Squid Game (2021)

I’d been seeing a whole lot of hype about the Korean mini-series Squid Game on Netflix for a while before I took the time to watch it for myself. I hadn’t been dedicating much if any, time to watching movies or television shows for what turned out to be quite an extended interval. I have to say that Squid Game was a damn fine way to return to watching a series.
While the overall narrative isn’t entirely original, its various components are assembled in such a way as to create a rather unique and exciting experience. Hugely reminiscent of Battle Royale, Squid Game incorporates elements familiar to fans of The Running Man, Tzameti, Series 7: The Contenders, and the old BBC series The Prisoner. While mingling all of these diverse elements–as well as other sources of inspiration–it transforms itself into a captivating and largely unpredictable story that retained this particular viewer’s attention throughout.
Primarily following Lee Jung-jae’s Seong Gi-hun, we’re introduced to a man living a life of regret and poor decisions but who is, at heart, a genuinely decent guy. It would be easy to suggest he’s a degenerate gambler and a deadbeat father, but there’s a whole lot more to him than that, and it’s quite clear that there’s a stubborn streak of optimism and desire to do right that motivates him along the way.
When presented with a mysterious opportunity to potentially change the course of his life and keep his daughter nearby, Seong Gi-hun accepts a fateful invitation that will certainly change his life forever, assuming he manages to survive.
Along with 455 other people, including his childhood friend Cho Sang-woo (played by Park Hae-soo) and a pickpocket he only briefly encountered, Kang Sae-byeok (played by Jung Hoyeon), the numbered contestants wake up in a large auditorium, wearing jumpsuits. The collection of mostly strangers are greeted by armed and masked workers who carry out the commands of the even more mysterious Frontman.
Led to the first game of the challenge, the sinister reality of their situation becomes terrifyingly real and the remaining contestants must determine whether the potential reward outweighs the all-too-real risks associated with the games they’re expected to play.
It’s all but impossible to write anything more than this without giving away spoilers. I don’t know if I should even worry about that, knowing how popular the series happens to be, but I’m sure there are plenty of people still sitting on the fence and uncertain whether they should watch the series, and I can’t help but say that they’d be making a mistake by not settling in for the series.
When the sixth episode concludes, only the most inhuman of us would be left unmoved and devastated. Consider that a fair warning, that you’re going to hurt while you’re watching the events unfold, helpless to do or say anything to change what we’re witnessing.
The only thing I found disappointing in the whole nine-episode series was the final moments of that concluding episode, and that wasn’t enough of a disappointment to sour how I feel about the show as a whole.
As a commentary on the predatory and toxic aspects of capitalist systems, Squid Game succeeds where plenty of other movies and series have failed to elevate the conversation. The mysterious Frontman says it best when he suggests that the goal is to give the 456 contenders an equal chance, where the outside world made equality a virtual impossibility.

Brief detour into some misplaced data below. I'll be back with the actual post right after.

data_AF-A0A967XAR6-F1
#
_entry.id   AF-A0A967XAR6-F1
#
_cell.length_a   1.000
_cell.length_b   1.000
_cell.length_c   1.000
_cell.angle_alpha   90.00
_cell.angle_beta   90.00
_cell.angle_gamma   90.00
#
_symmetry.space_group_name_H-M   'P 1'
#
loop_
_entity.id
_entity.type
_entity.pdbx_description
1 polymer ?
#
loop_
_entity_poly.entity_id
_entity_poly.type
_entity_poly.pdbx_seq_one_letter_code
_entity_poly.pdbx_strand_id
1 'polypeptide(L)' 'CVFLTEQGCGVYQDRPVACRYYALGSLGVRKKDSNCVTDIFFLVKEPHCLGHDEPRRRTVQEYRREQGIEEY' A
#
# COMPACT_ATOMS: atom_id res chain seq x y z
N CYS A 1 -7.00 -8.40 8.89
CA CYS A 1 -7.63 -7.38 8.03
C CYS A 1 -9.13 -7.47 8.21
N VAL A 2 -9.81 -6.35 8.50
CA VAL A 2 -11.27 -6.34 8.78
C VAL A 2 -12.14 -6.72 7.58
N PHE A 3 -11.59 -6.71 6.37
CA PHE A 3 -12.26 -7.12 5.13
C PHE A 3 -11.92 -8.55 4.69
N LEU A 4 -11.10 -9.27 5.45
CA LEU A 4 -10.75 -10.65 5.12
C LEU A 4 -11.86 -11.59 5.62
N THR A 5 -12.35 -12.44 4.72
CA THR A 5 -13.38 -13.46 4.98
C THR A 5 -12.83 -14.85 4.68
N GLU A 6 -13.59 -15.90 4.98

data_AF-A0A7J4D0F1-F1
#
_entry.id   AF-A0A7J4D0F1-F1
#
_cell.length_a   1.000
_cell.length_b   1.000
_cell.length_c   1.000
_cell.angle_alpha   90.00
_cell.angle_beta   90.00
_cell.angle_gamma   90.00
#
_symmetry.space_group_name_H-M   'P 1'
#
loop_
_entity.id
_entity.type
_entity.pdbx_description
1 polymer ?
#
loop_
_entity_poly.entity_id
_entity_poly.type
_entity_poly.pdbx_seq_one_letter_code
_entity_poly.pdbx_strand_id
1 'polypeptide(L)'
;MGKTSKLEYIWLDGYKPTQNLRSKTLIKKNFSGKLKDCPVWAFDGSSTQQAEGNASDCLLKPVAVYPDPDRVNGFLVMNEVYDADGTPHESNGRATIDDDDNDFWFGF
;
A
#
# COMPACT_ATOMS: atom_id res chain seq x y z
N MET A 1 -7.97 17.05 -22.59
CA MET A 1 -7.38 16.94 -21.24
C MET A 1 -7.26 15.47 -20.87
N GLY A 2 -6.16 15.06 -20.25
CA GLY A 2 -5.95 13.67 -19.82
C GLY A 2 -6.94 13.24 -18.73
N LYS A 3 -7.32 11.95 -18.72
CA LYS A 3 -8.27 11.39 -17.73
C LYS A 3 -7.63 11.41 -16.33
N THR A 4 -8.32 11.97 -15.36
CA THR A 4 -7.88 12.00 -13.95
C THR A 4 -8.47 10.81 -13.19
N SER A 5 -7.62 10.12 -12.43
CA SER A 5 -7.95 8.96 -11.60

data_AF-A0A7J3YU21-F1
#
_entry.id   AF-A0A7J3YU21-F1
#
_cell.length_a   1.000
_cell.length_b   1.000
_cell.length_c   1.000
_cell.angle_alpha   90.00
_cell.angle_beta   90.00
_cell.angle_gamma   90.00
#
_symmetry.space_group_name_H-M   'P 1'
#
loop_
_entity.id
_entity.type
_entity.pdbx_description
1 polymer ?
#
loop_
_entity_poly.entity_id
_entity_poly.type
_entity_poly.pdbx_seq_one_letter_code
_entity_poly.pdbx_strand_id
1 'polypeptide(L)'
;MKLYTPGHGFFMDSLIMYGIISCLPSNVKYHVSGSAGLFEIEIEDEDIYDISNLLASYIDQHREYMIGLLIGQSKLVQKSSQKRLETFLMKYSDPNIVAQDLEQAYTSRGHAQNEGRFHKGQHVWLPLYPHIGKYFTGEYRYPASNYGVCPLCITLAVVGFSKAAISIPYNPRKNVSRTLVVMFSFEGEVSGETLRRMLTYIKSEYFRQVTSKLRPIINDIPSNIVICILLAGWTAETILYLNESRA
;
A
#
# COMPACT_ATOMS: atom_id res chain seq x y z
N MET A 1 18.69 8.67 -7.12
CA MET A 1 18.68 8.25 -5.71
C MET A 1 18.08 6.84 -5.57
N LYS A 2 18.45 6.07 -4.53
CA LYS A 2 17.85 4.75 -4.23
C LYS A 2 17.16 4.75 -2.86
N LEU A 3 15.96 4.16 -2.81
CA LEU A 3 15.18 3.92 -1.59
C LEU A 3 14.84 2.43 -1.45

We Need To Do Something (2021)

If you’re unfamiliar with We Need To Do Something, I recommend that you sift through my earlier blog posts for my review of the novella by Max Booth III. Published in spring of 2020, Max’s We Need To Do Something set an unexpectedly appropriate tone for a year that frequently included the term “shelter in place.” Deeply disturbing and claustrophobic, the novella got under the skin of almost everyone who read it. It was no surprise that the screenplay Max adapted from his novella managed to capture attention. Now we have the opportunity to watch the result of more than a year of hard work from Max and the cast and crew involved in the production.
We Need To Do Something is a tale of a dysfunctional, broken family taking shelter in a bathroom as a tornado warning precedes a massive and destructive cataclysmic event taking place in the world outside of their confinement. Trapped by a fallen tree, the family bonds dissolve as panic sets in. Revealed in flashbacks, we learn that the daughter, Melissa, might have something to do with what begins to feel more like the end of the world than merely a storm.
To say that Sean King O’Grady captured the foreboding atmosphere and quirky humor of the story is an understatement. I sincerely believe he’ll have a lot of attention after this particular movie makes the waves it surely will. I don’t doubt Max had plenty of input on set as an Executive Producer, and the screenwriter of the project, but it required a quality director with vision and attention to detail no matter how much consultation the writer provided.
Largely a single-location shoot, the set was an important character in and of itself. The bathroom where the family found themselves trapped as a storm–and whatever else–raged beyond the walls needed to be perfect in its way. The art department nailed the bathroom design.
Pat Healy’s performance as the angry, alcoholic father, Robert, is eerily well done. Vinessa Shaw captures the humor and sympathetic nature of Diane, the mother who, desperate to hold everything together, had been planning to leave her awful husband until the storm forced them into captivity. The true stars are Sierra McCormick and John James Cronin, Melissa and Bobby, respectively. The two of them portrayed siblings so well as to make one feel as if they’d been living together for years. Melissa was brought to life as a confused, terrified teenager wracked with guilt over the witchcraft she’d performed with her girlfriend, Amy, and the belief that they’d been responsible for everything happening. Bobby was believable as the equally adorable and annoying younger brother, so much so that the events are no less heartbreaking and painful than they were when reading the novella.